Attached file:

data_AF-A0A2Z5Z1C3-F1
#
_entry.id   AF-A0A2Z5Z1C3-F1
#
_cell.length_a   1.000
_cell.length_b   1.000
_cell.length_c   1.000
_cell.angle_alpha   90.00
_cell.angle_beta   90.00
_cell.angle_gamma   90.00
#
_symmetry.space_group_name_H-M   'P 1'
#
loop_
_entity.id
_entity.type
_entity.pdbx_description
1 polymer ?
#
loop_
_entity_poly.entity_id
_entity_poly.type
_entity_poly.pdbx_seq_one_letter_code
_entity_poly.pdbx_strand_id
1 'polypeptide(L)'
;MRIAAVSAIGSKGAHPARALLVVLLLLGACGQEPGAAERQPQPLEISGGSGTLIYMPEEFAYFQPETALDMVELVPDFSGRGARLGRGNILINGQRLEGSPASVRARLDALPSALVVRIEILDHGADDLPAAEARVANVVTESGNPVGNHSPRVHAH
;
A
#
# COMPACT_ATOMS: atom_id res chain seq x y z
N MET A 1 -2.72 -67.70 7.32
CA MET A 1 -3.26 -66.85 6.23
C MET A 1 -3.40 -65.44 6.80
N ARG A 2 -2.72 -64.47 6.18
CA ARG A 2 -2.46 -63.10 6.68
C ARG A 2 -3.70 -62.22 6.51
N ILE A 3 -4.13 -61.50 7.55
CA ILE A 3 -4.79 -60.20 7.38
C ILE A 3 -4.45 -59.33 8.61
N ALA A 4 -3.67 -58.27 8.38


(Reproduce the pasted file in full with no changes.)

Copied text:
data_AF-A0A2Z5Z1C3-F1
#
_entry.id   AF-A0A2Z5Z1C3-F1
#
_cell.length_a   1.000
_cell.length_b   1.000
_cell.length_c   1.000
_cell.angle_alpha   90.00
_cell.angle_beta   90.00
_cell.angle_gamma   90.00
#
_symmetry.space_group_name_H-M   'P 1'
#
loop_
_entity.id
_entity.type
_entity.pdbx_description
1 polymer ?
#
loop_
_entity_poly.entity_id
_entity_poly.type
_entity_poly.pdbx_seq_one_letter_code
_entity_poly.pdbx_strand_id
1 'polypeptide(L)'
;MRIAAVSAIGSKGAHPARALLVVLLLLGACGQEPGAAERQPQPLEISGGSGTLIYMPEEFAYFQPETALDMVELVPDFSGRGARLGRGNILINGQRLEGSPASVRARLDALPSALVVRIEILDHGADDLPAAEARVANVVTESGNPVGNHSPRVHAH
;
A
#
# COMPACT_ATOMS: atom_id res chain seq x y z
N MET A 1 -2.72 -67.70 7.32
CA MET A 1 -3.26 -66.85 6.23
C MET A 1 -3.40 -65.44 6.80
N ARG A 2 -2.72 -64.47 6.18
CA ARG A 2 -2.46 -63.10 6.68
C ARG A 2 -3.70 -62.22 6.51
N ILE A 3 -4.13 -61.50 7.55
CA ILE A 3 -4.79 -60.20 7.38
C ILE A 3 -4.45 -59.33 8.61
N ALA A 4 -3.67 -58.27 8.38